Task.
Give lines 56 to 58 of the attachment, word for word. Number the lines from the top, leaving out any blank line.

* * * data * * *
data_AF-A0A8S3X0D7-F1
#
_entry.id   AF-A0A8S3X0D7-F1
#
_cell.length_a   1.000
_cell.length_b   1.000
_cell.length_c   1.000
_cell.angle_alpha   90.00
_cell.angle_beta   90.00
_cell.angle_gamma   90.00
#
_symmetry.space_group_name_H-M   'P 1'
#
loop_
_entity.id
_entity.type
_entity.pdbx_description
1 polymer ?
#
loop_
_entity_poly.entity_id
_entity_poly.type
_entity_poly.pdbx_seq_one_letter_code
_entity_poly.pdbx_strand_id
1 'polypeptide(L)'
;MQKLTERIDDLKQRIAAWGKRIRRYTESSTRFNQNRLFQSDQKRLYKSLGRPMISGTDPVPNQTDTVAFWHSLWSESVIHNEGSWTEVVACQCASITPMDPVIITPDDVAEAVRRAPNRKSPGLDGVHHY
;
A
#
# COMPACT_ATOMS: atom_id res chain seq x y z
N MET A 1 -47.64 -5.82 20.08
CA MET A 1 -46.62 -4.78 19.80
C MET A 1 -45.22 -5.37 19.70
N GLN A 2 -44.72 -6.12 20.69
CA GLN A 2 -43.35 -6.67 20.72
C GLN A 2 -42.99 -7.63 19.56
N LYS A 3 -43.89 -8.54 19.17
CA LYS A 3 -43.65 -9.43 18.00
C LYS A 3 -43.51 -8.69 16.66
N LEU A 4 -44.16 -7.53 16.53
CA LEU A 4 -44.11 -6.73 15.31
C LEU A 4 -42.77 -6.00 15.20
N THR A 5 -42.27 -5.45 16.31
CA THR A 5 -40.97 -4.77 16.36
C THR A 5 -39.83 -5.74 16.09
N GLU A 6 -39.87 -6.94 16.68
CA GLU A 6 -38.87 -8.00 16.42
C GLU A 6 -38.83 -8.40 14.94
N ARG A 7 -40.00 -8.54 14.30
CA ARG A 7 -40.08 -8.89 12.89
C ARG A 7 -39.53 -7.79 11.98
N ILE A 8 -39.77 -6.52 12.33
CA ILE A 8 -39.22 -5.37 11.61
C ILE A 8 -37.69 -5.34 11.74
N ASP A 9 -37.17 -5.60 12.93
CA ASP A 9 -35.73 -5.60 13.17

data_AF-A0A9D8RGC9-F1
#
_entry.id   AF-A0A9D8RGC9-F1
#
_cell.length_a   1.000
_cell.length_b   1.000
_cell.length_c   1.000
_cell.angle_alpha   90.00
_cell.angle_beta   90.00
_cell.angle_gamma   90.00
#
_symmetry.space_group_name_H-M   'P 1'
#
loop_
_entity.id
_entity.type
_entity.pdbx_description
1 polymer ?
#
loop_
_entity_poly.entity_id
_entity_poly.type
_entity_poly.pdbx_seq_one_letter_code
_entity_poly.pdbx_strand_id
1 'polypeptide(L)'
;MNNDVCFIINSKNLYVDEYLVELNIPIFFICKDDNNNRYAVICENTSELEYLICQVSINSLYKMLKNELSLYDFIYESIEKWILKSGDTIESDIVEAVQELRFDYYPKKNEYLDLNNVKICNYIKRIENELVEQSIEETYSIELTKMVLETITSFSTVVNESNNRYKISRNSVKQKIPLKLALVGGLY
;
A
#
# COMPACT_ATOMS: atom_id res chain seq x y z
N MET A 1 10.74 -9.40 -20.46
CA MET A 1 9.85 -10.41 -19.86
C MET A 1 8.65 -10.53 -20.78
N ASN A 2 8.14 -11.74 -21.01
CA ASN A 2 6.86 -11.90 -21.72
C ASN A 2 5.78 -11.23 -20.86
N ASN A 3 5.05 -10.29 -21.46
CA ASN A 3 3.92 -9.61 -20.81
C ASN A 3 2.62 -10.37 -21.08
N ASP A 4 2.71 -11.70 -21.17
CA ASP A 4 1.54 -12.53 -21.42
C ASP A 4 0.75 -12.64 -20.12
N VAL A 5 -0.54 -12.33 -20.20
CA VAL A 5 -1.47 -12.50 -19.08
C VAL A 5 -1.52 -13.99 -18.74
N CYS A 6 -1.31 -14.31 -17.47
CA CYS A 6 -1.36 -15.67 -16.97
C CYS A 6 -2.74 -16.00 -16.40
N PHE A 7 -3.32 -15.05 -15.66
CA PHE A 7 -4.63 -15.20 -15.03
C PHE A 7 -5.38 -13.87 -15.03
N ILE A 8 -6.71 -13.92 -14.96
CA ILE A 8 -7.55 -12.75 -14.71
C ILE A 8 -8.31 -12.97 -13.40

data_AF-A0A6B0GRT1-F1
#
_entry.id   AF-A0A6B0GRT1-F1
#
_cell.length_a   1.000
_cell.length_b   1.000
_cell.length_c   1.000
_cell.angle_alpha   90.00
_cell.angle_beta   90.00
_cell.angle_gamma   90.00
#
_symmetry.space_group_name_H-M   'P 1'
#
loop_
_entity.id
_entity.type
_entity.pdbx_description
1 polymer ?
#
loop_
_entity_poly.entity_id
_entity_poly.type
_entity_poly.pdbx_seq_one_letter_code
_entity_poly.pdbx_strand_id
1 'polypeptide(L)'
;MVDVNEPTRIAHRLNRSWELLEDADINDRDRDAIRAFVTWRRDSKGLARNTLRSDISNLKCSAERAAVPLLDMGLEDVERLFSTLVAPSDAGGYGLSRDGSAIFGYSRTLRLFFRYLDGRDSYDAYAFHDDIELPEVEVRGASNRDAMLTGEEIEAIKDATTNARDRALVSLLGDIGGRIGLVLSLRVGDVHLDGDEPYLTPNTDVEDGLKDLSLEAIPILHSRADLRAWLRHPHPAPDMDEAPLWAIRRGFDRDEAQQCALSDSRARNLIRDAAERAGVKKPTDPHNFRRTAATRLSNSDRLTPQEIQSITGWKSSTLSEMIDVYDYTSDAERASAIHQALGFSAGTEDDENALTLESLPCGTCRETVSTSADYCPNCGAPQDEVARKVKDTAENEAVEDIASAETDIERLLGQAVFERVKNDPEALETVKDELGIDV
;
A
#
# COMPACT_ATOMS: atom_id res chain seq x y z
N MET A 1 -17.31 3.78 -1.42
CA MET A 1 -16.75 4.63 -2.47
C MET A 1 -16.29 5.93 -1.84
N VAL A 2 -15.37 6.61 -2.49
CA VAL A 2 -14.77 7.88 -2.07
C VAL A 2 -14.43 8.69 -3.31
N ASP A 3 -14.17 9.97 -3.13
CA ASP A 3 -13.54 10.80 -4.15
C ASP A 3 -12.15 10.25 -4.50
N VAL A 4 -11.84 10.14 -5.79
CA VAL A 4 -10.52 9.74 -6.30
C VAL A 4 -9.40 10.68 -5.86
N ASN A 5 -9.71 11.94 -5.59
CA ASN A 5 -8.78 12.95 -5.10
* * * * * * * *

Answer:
CA ASP A 9 -35.73 -5.60 13.17

data_AF-A0A9D8RGC9-F1
#